Internet Tools You Can't Live Without

It is useless to discuss Internet tools if some do not have a clear understanding of what the Internet encompasses. Those who are uncertain of what the Internet is should find the following description helpful:
The internet [sic] is a communication strategy that uses the ability of computers to store and transmit digitized information. Digitized information can include text, pictures, video, and audio. The system is completely interactive in that every computer connected to the internet can communicate with any other connected computer. Each computer on the network can both send and receive information.[1]

With over 125,000 computers worth of interconnected information,[2] it is important to use tools that are free or inexpensive, easy to find and use, and basic for performing almost any function on the Internet. Electronic mail (e-mail) provides a quick and inexpensive means of delivering a message. It can be used to communicate important information that requires a fast response. Mail remains in the receivers mail-box until he or she reads it. Mailing lists provide private group interaction via e-mail and can facilitate discussion of a particular topic or issue. These lists can be moderated to keep the group on topic, prevent personal attacks, and eliminate unnecessary messages.

Chat programs allow two or more individuals to communicate in writing. Unlike e-mail where the sender and receiver do not have to connected to the Internet at the same time, chat programs allow instant communication between all parties connected to the Internet at that time. More than one person may be typing at the same time, and in some programs all participants can read what you are typing as you type it. The Internet phone is a chat-related tool that goes one step beyond in allowing two people to converse over the Internet using the spoken word rather than the written word.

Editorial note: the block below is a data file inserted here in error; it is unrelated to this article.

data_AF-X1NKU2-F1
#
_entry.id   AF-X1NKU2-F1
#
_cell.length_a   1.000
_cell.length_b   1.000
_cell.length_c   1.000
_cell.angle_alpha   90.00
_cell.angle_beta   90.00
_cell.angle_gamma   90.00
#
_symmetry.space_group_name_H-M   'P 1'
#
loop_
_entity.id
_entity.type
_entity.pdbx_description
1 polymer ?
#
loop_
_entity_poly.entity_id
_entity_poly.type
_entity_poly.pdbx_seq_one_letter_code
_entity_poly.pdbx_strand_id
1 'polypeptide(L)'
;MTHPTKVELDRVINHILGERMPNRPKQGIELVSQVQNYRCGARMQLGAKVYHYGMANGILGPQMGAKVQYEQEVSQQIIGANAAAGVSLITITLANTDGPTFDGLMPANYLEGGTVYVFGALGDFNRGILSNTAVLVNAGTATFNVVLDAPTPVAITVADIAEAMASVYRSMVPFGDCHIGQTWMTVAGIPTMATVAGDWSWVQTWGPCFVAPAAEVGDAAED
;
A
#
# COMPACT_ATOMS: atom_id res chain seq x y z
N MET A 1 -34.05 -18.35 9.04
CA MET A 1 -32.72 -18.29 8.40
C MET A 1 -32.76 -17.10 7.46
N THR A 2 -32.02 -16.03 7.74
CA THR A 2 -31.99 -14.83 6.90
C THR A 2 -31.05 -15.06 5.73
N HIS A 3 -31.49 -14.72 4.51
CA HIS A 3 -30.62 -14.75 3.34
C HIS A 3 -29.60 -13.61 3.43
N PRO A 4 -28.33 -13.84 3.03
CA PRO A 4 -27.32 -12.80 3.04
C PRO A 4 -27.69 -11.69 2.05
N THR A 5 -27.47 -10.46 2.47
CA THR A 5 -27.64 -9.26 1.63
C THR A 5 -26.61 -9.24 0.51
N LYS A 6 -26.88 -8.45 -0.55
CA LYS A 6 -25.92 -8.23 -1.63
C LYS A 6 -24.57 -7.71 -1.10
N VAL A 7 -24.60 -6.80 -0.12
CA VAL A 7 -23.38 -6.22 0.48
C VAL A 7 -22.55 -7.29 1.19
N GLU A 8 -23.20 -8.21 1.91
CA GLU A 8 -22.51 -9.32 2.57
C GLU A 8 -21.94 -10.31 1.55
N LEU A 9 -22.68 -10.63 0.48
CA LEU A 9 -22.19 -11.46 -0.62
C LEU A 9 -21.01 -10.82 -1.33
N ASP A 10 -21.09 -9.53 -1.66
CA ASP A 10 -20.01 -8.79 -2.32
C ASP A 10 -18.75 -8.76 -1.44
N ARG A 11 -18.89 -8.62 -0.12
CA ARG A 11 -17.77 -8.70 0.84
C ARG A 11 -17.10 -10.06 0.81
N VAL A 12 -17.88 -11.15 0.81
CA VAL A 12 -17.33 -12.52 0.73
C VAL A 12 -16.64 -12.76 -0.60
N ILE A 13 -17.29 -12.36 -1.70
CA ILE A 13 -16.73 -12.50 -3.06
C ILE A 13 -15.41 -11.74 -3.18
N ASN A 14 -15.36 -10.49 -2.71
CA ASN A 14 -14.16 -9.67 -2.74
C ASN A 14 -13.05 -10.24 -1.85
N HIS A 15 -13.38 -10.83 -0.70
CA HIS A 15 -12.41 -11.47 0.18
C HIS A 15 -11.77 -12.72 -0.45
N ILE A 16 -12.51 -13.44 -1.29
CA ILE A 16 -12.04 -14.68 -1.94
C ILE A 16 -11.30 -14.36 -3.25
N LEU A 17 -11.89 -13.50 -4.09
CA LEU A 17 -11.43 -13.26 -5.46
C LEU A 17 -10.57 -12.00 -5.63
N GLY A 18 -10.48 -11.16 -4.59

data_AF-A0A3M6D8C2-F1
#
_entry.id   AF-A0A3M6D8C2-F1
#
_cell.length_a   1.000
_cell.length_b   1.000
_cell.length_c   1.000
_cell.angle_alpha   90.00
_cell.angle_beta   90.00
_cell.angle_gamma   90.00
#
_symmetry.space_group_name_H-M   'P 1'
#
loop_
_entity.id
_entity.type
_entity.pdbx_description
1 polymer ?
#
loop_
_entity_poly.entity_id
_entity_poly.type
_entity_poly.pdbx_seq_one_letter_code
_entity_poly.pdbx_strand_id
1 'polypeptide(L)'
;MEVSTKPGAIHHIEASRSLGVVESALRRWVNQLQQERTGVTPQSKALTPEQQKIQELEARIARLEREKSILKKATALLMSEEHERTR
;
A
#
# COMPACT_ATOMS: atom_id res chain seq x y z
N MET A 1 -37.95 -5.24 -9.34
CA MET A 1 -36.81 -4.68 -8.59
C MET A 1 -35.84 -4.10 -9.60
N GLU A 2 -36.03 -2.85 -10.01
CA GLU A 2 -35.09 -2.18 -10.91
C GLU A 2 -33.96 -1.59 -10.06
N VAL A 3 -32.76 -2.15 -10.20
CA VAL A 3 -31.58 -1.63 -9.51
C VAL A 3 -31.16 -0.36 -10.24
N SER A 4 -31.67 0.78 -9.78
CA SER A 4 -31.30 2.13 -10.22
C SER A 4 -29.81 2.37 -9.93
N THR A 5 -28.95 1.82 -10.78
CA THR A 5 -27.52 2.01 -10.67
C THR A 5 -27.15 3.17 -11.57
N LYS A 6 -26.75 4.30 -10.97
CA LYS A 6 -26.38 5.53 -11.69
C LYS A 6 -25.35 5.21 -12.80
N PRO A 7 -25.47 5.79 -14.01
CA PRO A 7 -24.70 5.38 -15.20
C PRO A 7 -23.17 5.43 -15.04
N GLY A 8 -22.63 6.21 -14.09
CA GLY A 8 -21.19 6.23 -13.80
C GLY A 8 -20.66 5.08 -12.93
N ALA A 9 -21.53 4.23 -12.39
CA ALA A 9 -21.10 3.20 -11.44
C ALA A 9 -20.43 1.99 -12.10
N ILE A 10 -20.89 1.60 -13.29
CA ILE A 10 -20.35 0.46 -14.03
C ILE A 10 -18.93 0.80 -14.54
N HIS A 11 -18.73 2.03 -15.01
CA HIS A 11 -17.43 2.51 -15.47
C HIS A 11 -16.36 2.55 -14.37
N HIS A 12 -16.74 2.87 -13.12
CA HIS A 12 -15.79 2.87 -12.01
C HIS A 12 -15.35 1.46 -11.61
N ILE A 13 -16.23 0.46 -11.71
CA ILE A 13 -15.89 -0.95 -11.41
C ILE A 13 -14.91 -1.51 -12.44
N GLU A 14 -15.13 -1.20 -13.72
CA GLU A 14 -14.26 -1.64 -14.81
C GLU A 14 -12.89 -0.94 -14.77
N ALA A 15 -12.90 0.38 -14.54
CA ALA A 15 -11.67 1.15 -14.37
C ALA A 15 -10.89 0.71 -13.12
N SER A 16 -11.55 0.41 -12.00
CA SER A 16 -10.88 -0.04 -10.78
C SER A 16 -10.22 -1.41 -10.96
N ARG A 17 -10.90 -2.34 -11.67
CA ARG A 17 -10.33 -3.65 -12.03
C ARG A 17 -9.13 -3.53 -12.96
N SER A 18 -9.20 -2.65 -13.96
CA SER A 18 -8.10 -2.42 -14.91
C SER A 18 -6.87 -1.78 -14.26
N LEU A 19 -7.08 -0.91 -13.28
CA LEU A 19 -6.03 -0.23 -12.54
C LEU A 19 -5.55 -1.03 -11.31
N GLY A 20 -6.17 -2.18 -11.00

The World Wide Web (or Web) connects related pages of information. A page may be composed of plain text, hypertext, photographs and artwork, sound clips, and even video clips. Organizations and individuals who have a page or multiple pages on the Internet are said to have a Web site. Unlike e-mail and chat programs where a person has no control over what they are viewing, they must specifically request a Web page in order to view it.

File Transfer Protocol (FTP) permits a person to request a file from a public storage area and save it on their computer. These storage areas can be found on most computers connected to the Internet. Programs, pictures, sounds, movies, and articles are typically available. Like the Web, an individual or organization can create a public storage area and make it available to anyone on the Internet.

While your life may continue even without these tools, they are essential for using and providing resources on the Internet.